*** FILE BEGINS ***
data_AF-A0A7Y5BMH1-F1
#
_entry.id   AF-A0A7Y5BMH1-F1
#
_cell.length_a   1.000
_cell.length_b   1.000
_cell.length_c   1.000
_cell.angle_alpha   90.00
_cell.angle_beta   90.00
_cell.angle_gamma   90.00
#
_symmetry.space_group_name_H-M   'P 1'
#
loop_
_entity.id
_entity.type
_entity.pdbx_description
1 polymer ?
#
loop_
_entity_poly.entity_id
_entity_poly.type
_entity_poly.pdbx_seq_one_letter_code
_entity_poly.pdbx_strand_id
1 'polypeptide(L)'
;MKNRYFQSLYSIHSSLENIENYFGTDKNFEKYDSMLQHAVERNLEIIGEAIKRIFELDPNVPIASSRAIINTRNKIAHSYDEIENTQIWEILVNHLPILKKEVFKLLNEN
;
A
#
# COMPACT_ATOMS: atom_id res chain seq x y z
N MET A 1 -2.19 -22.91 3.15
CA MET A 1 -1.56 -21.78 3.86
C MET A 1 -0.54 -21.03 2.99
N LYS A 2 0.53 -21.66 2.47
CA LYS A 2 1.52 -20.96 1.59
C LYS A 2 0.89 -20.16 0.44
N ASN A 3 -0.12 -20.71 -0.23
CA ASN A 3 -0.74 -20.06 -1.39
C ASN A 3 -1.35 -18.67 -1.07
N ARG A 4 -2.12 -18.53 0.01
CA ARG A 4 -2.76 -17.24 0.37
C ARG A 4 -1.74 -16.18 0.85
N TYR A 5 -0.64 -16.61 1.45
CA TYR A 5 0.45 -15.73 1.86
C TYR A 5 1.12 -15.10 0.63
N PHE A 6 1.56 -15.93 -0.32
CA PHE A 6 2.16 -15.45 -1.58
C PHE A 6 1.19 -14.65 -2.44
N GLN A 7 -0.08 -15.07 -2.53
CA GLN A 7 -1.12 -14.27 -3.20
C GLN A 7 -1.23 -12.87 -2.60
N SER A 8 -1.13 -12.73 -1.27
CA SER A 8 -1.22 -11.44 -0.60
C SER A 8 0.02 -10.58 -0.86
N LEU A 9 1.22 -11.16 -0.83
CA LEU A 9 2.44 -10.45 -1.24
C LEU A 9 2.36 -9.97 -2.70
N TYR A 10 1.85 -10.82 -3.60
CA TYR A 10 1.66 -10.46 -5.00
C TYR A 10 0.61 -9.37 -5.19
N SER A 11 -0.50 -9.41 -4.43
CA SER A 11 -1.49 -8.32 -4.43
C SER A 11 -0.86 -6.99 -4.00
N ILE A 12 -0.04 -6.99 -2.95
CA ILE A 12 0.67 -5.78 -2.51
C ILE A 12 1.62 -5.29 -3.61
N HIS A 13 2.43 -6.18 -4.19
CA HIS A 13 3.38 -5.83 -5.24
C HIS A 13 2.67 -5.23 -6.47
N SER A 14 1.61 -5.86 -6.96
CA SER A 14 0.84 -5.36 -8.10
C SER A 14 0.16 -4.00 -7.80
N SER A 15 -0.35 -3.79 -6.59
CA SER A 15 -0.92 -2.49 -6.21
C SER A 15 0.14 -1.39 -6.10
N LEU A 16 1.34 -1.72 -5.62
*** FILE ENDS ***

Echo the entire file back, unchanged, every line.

data_AF-A0A7Y5BMH1-F1
#
_entry.id   AF-A0A7Y5BMH1-F1
#
_cell.length_a   1.000
_cell.length_b   1.000
_cell.length_c   1.000
_cell.angle_alpha   90.00
_cell.angle_beta   90.00
_cell.angle_gamma   90.00
#
_symmetry.space_group_name_H-M   'P 1'
#
loop_
_entity.id
_entity.type
_entity.pdbx_description
1 polymer ?
#
loop_
_entity_poly.entity_id
_entity_poly.type
_entity_poly.pdbx_seq_one_letter_code
_entity_poly.pdbx_strand_id
1 'polypeptide(L)'
;MKNRYFQSLYSIHSSLENIENYFGTDKNFEKYDSMLQHAVERNLEIIGEAIKRIFELDPNVPIASSRAIINTRNKIAHSYDEIENTQIWEILVNHLPILKKEVFKLLNEN
;
A
#
# COMPACT_ATOMS: atom_id res chain seq x y z
N MET A 1 -2.19 -22.91 3.15
CA MET A 1 -1.56 -21.78 3.86
C MET A 1 -0.54 -21.03 2.99
N LYS A 2 0.53 -21.66 2.47
CA LYS A 2 1.52 -20.96 1.59
C LYS A 2 0.89 -20.16 0.44
N ASN A 3 -0.12 -20.71 -0.23
CA ASN A 3 -0.74 -20.06 -1.39
C ASN A 3 -1.35 -18.67 -1.07
N ARG A 4 -2.12 -18.53 0.01
CA ARG A 4 -2.76 -17.24 0.37
C ARG A 4 -1.74 -16.18 0.85
N TYR A 5 -0.64 -16.61 1.45
CA TYR A 5 0.45 -15.73 1.86
C TYR A 5 1.12 -15.10 0.63
N PHE A 6 1.56 -15.93 -0.32
CA PHE A 6 2.16 -15.45 -1.58
C PHE A 6 1.19 -14.65 -2.44
N GLN A 7 -0.08 -15.07 -2.53
CA GLN A 7 -1.12 -14.27 -3.20
C GLN A 7 -1.23 -12.87 -2.60
N SER A 8 -1.13 -12.73 -1.27
CA SER A 8 -1.22 -11.44 -0.60
C SER A 8 0.02 -10.58 -0.86
N LEU A 9 1.22 -11.16 -0.83
CA LEU A 9 2.44 -10.45 -1.24
C LEU A 9 2.36 -9.97 -2.70
N TYR A 10 1.85 -10.82 -3.60
CA TYR A 10 1.66 -10.46 -5.00
C TYR A 10 0.61 -9.37 -5.19
N SER A 11 -0.50 -9.41 -4.43
CA SER A 11 -1.49 -8.32 -4.43
C SER A 11 -0.86 -6.99 -4.00
N ILE A 12 -0.04 -6.99 -2.95
CA ILE A 12 0.67 -5.78 -2.51
C ILE A 12 1.62 -5.29 -3.61
N HIS A 13 2.43 -6.18 -4.19
CA HIS A 13 3.38 -5.83 -5.24
C HIS A 13 2.67 -5.23 -6.47
N SER A 14 1.61 -5.86 -6.96
CA SER A 14 0.84 -5.36 -8.10
C SER A 14 0.16 -4.00 -7.80
N SER A 15 -0.35 -3.79 -6.59
CA SER A 15 -0.92 -2.49 -6.21
C SER A 15 0.14 -1.39 -6.10
N LEU A 16 1.34 -1.72 -5.62